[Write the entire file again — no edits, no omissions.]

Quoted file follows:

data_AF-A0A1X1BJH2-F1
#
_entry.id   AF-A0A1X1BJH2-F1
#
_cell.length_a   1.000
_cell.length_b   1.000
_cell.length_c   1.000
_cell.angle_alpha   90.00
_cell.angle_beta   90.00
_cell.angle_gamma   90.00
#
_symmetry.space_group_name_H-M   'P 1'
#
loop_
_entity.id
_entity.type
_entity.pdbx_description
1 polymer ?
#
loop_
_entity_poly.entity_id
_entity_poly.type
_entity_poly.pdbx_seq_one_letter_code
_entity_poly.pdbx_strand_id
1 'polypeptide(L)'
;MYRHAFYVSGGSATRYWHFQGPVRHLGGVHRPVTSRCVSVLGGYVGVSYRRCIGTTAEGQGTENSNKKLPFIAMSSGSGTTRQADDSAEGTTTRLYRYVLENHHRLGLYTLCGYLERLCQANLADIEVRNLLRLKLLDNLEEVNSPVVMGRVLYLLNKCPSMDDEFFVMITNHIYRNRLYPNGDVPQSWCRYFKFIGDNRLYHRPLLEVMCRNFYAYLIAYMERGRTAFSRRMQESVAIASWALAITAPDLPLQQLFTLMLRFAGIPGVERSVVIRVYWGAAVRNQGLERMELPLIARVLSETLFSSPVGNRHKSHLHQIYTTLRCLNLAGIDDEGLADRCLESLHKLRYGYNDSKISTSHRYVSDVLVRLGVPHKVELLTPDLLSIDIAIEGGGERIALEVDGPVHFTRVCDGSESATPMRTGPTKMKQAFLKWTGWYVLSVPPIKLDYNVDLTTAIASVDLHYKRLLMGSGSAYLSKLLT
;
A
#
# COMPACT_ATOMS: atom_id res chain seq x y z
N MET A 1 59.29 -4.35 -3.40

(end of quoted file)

data_AF-A0A1X1BJH2-F1
#
_entry.id   AF-A0A1X1BJH2-F1
#
_cell.length_a   1.000
_cell.length_b   1.000
_cell.length_c   1.000
_cell.angle_alpha   90.00
_cell.angle_beta   90.00
_cell.angle_gamma   90.00
#
_symmetry.space_group_name_H-M   'P 1'
#
loop_
_entity.id
_entity.type
_entity.pdbx_description
1 polymer ?
#
loop_
_entity_poly.entity_id
_entity_poly.type
_entity_poly.pdbx_seq_one_letter_code
_entity_poly.pdbx_strand_id
1 'polypeptide(L)'
;MYRHAFYVSGGSATRYWHFQGPVRHLGGVHRPVTSRCVSVLGGYVGVSYRRCIGTTAEGQGTENSNKKLPFIAMSSGSGTTRQADDSAEGTTTRLYRYVLENHHRLGLYTLCGYLERLCQANLADIEVRNLLRLKLLDNLEEVNSPVVMGRVLYLLNKCPSMDDEFFVMITNHIYRNRLYPNGDVPQSWCRYFKFIGDNRLYHRPLLEVMCRNFYAYLIAYMERGRTAFSRRMQESVAIASWALAITAPDLPLQQLFTLMLRFAGIPGVERSVVIRVYWGAAVRNQGLERMELPLIARVLSETLFSSPVGNRHKSHLHQIYTTLRCLNLAGIDDEGLADRCLESLHKLRYGYNDSKISTSHRYVSDVLVRLGVPHKVELLTPDLLSIDIAIEGGGERIALEVDGPVHFTRVCDGSESATPMRTGPTKMKQAFLKWTGWYVLSVPPIKLDYNVDLTTAIASVDLHYKRLLMGSGSAYLSKLLT
;
A
#
# COMPACT_ATOMS: atom_id res chain seq x y z
N MET A 1 59.29 -4.35 -3.40